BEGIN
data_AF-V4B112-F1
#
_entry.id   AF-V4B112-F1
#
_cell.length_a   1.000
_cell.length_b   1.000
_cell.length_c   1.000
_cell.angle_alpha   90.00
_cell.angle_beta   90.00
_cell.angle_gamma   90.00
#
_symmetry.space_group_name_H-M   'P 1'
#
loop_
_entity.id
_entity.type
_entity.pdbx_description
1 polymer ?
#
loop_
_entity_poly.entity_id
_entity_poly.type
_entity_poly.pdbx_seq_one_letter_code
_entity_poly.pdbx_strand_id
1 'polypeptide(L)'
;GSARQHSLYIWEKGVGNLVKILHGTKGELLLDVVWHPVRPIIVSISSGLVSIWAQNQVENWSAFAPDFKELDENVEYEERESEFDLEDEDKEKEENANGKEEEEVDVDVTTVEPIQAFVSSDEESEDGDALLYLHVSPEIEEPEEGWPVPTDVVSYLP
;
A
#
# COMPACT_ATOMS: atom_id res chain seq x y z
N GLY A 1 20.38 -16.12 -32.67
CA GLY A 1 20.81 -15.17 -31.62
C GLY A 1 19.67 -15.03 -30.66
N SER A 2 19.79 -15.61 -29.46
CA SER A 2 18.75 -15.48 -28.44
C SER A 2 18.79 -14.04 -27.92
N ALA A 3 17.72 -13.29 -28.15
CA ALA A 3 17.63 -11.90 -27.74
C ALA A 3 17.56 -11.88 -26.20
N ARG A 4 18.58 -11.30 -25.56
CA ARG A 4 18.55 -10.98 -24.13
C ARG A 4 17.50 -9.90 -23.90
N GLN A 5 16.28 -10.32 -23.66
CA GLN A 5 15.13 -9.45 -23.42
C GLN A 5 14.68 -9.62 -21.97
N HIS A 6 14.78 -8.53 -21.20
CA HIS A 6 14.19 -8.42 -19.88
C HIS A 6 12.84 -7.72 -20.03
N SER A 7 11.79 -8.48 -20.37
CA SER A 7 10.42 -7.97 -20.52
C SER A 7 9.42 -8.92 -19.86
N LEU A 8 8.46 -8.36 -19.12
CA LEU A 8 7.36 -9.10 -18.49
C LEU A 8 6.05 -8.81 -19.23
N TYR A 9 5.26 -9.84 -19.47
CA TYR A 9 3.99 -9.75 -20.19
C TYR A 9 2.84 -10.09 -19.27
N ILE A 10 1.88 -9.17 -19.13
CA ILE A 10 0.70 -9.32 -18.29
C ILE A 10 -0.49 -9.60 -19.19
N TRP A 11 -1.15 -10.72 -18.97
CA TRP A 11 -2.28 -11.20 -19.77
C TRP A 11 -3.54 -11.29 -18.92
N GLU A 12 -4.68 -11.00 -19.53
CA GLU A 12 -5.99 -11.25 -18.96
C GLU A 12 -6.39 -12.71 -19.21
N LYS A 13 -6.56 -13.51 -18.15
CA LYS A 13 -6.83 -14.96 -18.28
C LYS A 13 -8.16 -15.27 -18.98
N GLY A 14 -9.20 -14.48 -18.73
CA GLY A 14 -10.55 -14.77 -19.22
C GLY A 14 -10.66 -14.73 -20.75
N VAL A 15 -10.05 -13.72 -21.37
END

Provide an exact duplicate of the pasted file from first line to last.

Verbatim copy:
data_AF-V4B112-F1
#
_entry.id   AF-V4B112-F1
#
_cell.length_a   1.000
_cell.length_b   1.000
_cell.length_c   1.000
_cell.angle_alpha   90.00
_cell.angle_beta   90.00
_cell.angle_gamma   90.00
#
_symmetry.space_group_name_H-M   'P 1'
#
loop_
_entity.id
_entity.type
_entity.pdbx_description
1 polymer ?
#
loop_
_entity_poly.entity_id
_entity_poly.type
_entity_poly.pdbx_seq_one_letter_code
_entity_poly.pdbx_strand_id
1 'polypeptide(L)'
;GSARQHSLYIWEKGVGNLVKILHGTKGELLLDVVWHPVRPIIVSISSGLVSIWAQNQVENWSAFAPDFKELDENVEYEERESEFDLEDEDKEKEENANGKEEEEVDVDVTTVEPIQAFVSSDEESEDGDALLYLHVSPEIEEPEEGWPVPTDVVSYLP
;
A
#
# COMPACT_ATOMS: atom_id res chain seq x y z
N GLY A 1 20.38 -16.12 -32.67
CA GLY A 1 20.81 -15.17 -31.62
C GLY A 1 19.67 -15.03 -30.66
N SER A 2 19.79 -15.61 -29.46
CA SER A 2 18.75 -15.48 -28.44
C SER A 2 18.79 -14.04 -27.92
N ALA A 3 17.72 -13.29 -28.15
CA ALA A 3 17.63 -11.90 -27.74
C ALA A 3 17.56 -11.88 -26.20
N ARG A 4 18.58 -11.30 -25.56
CA ARG A 4 18.55 -10.98 -24.13
C ARG A 4 17.50 -9.90 -23.90
N GLN A 5 16.28 -10.32 -23.66
CA GLN A 5 15.13 -9.45 -23.42
C GLN A 5 14.68 -9.62 -21.97
N HIS A 6 14.78 -8.53 -21.20
CA HIS A 6 14.19 -8.42 -19.88
C HIS A 6 12.84 -7.72 -20.03
N SER A 7 11.79 -8.48 -20.37
CA SER A 7 10.42 -7.97 -20.52
C SER A 7 9.42 -8.92 -19.86
N LEU A 8 8.46 -8.36 -19.12
CA LEU A 8 7.36 -9.10 -18.49
C LEU A 8 6.05 -8.81 -19.23
N TYR A 9 5.26 -9.84 -19.47
CA TYR A 9 3.99 -9.75 -20.19
C TYR A 9 2.84 -10.09 -19.27
N ILE A 10 1.88 -9.17 -19.13
CA ILE A 10 0.70 -9.32 -18.29
C ILE A 10 -0.49 -9.60 -19.19
N TRP A 11 -1.15 -10.72 -18.97
CA TRP A 11 -2.28 -11.20 -19.77
C TRP A 11 -3.54 -11.29 -18.92
N GLU A 12 -4.68 -11.00 -19.53
CA GLU A 12 -5.99 -11.25 -18.96
C GLU A 12 -6.39 -12.71 -19.21
N LYS A 13 -6.56 -13.51 -18.15
CA LYS A 13 -6.83 -14.96 -18.28
C LYS A 13 -8.16 -15.27 -18.98
N GLY A 14 -9.20 -14.48 -18.73
CA GLY A 14 -10.55 -14.77 -19.22
C GLY A 14 -10.66 -14.73 -20.75
N VAL A 15 -10.05 -13.72 -21.37